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More North Texas school districts reject chaplains as counselors, but accept them as volunteers

A screenshot of Grapevine-Colleyville ISD school board members sitting at a rounded table
Grapevine-Colleville ISD trustees voted on Dec. 11, 2023, on a policy that will allow chaplains to serve as volunteers like anyone else.

More North Texas school districts this week voted to accept chaplains as school volunteers, but not as counselors.

Mansfield, Grapevine-Colleyville (GCISD), Keller and Fort Worth were among several districts to vote on the chaplain policy this week ahead of the March 1 deadline. Each district rejected allowing unlicensed chaplains to serve as counselors, but welcomed them as volunteers as long as they follow the same rules as every other district volunteer.

Mary Humphrey, GCISD School Board vice-president, said the policy remains unchanged from her district’s ongoing policy.

“Just because you are a chaplain does not qualify you to be a school counselor,” she said at Monday’s board meeting. “We’ll hire counselors based on certifications and the requirements, just as we always have that are required by the state of Texas.

“But if you happened to have been a chaplain and you have that on your resume vocationally or even as a volunteer, that also does not disqualify you from applying to be a counselor. Being a chaplain at some point in your past is irrelevant.”

Senate Bill 763, authored by Republican Sen. Mayes Middleton, requires school boards to accept or reject chaplains as school counselors. He said it could help currently understaffed districts as more students experience stress, tension and mental health concerns.

Opponentsof the billand to school district policies allowing chaplains to volunteer or work in schools say they’re concerned it’s a way to let religion into classrooms.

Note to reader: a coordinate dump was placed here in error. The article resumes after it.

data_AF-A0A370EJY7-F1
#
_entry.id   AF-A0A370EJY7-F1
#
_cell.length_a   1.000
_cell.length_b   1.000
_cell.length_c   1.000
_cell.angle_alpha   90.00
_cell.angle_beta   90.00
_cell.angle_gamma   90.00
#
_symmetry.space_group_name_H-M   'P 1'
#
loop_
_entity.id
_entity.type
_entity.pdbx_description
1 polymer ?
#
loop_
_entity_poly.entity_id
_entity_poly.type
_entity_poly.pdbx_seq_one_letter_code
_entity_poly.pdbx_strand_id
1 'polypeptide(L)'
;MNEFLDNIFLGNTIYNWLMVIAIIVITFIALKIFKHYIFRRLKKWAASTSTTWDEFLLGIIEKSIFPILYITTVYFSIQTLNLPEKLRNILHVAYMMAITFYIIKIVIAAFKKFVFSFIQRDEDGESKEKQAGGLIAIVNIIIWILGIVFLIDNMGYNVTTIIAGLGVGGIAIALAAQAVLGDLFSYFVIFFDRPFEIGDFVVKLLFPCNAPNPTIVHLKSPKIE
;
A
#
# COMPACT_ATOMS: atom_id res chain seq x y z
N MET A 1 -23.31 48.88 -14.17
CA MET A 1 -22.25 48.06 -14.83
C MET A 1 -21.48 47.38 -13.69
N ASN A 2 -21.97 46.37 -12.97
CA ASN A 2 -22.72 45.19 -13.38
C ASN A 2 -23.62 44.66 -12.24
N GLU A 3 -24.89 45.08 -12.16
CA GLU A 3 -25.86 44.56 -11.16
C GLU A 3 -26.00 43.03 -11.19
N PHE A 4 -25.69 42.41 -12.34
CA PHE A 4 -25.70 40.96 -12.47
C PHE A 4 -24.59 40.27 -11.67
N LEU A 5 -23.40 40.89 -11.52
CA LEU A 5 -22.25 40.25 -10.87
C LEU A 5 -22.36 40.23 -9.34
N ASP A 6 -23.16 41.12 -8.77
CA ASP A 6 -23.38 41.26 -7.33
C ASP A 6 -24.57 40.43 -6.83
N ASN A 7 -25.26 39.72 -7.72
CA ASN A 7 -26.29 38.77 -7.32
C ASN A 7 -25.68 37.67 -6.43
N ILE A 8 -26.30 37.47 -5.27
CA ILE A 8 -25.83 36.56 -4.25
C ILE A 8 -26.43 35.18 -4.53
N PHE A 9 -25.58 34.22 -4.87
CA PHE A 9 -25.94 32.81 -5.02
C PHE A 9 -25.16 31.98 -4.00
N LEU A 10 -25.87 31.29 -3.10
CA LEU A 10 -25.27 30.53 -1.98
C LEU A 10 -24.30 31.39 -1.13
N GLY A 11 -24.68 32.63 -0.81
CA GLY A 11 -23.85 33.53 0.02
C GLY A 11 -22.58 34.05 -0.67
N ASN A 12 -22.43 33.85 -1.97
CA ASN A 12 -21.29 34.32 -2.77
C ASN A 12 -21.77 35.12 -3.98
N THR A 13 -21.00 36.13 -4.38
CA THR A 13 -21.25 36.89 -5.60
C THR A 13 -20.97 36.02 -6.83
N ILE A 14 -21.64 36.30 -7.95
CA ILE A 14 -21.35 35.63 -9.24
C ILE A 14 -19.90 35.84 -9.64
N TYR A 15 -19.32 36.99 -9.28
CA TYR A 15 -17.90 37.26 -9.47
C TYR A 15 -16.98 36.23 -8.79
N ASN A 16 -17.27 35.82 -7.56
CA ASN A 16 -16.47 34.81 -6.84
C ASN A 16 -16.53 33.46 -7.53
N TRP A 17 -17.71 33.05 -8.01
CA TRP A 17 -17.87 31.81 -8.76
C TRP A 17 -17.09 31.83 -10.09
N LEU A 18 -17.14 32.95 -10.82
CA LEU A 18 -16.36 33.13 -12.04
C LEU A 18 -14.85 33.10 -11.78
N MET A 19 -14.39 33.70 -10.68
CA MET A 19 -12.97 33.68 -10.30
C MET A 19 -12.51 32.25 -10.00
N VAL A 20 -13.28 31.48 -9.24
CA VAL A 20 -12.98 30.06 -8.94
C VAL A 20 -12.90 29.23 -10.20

Humphrey stressed that any hired staff shouldn’t be proselytizing to students.

“We’re not talking about people being hired as chaplains to serve in a chaplain capacity,” she said. “Anybody that’s hired, if they happen to be a chaplain that’s incidental. They’re serving in the capacity as counselor, so they should not be proselytizing anyway.”

In Keller ISD,trustee Ruthie Keyes stepped down during Monday’s meeting after a tense discussion over a resolution to allow a chaplain to volunteer “pursuant to ... existing District policy and practices.”

Although interim Superintendent John Allison told the board there is “no intent to replace counselors with chaplains,” Keyes said the language leaves open the possibility for chaplains to one day work in the district.

No change to district policy

Back in Grapevine-Colleyville, trustees questioned why state lawmakers are requiring local boards to weigh in on the issue.

Hiring the best person for the job “has always been our practice,” Humphrey said, noting the policy voted on by the board doesn’t change anything.

Trustee Becky St. John said the discussion wasn’t a “good use of time and resources,” and that she would be voting against the resolution.

“We could go ad infinitum here,” she said, “with listing, ‘We’re going to allow physicians to volunteer in GCISD but they’re not going to be operating. We’re going to employ somebody who’s an airline pilot but they’re not actually going to fly a GCISD plane.

“And so I don’t think this policy is necessary.”

Bill Zeeble has been a full-time reporter at KERA since 1992, covering everything from medicine to the Mavericks and education to environmental issues.